[JURIST] US President Barack Obama [JURIST news archive] on Monday signed into law legislation concerning spending for the US intelligence community that increases protections for intelligence agency whistleblowers. The bipartisan legislation authorizes [AP report] $564 million in spending over five years and specifies that employees who divulge information about possible misconduct within their agencies to intelligence committees will be protected. Supporters of the law hope that it will encourage whistleblowers to report issues through channels and discourage unauthorized leaks. The legislation expands upon whistleblower protection proposals made by the president in 2012, but it does not protect intelligence agency contractors like National Security Agency (NSA) whistleblower Edward Snowden [JURIST news archive].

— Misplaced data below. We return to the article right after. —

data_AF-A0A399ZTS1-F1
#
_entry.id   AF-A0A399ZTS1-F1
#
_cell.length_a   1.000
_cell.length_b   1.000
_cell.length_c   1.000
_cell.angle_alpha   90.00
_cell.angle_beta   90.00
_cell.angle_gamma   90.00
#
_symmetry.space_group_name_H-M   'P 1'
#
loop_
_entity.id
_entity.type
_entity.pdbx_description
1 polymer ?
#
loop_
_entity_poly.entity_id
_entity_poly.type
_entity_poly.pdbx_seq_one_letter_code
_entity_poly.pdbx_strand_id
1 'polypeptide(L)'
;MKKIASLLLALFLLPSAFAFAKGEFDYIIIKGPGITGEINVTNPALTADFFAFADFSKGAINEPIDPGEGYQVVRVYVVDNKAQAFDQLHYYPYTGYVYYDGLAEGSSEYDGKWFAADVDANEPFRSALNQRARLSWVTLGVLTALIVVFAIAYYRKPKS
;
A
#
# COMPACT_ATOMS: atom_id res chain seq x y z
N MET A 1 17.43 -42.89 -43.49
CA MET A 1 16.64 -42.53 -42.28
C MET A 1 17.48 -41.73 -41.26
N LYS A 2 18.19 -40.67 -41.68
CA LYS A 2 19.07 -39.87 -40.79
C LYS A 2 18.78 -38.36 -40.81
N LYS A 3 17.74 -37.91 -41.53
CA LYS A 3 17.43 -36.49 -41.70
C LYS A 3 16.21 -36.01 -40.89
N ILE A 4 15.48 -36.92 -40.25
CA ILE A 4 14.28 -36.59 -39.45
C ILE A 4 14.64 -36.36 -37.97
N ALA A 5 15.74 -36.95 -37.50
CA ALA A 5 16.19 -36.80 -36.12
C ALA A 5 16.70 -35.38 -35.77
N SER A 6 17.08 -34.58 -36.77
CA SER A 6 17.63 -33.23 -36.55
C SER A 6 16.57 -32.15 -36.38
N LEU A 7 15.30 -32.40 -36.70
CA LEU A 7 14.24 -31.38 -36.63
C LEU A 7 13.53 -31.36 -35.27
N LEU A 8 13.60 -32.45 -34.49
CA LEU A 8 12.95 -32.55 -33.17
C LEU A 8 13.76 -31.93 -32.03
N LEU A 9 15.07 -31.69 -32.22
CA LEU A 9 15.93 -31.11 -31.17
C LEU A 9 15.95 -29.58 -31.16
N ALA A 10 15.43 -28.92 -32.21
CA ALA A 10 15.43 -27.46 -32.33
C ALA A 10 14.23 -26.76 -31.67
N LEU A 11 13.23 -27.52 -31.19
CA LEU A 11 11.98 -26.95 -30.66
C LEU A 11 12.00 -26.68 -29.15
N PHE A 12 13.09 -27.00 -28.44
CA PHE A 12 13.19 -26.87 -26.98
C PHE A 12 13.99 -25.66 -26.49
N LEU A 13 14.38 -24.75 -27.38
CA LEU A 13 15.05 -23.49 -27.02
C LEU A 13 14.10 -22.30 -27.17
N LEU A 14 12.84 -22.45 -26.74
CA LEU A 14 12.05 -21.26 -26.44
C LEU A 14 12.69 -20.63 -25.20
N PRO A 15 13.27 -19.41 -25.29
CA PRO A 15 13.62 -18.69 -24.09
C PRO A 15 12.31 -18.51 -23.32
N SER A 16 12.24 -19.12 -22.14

Revelations surrounding the US intelligence community have sparked worldwide debate and controversy. In November the Office of the Director of National Intelligence [official website] declassified [JURIST report] intelligence documents regarding data collection under Section 501 of the Foreign Intelligence Surveillance Act (FISA). Also in November the Supreme Court denied [JURIST report] the petition for certiorari in a case challenging the Foreign Intelligence Surveillance Court's (FISC) April order requiring Verizon to turn over data to the NSA including US telephone calls and Internet exchanges. In September the FISC released [JURIST report] a previously classified opinion explaining why a NSA program to keep records of Americans' phone calls is constitutional. Also in September the American Civil Liberties Union [advocacy website] urged the Obama administration [JURIST report] to curb the FBI's surveillance powers.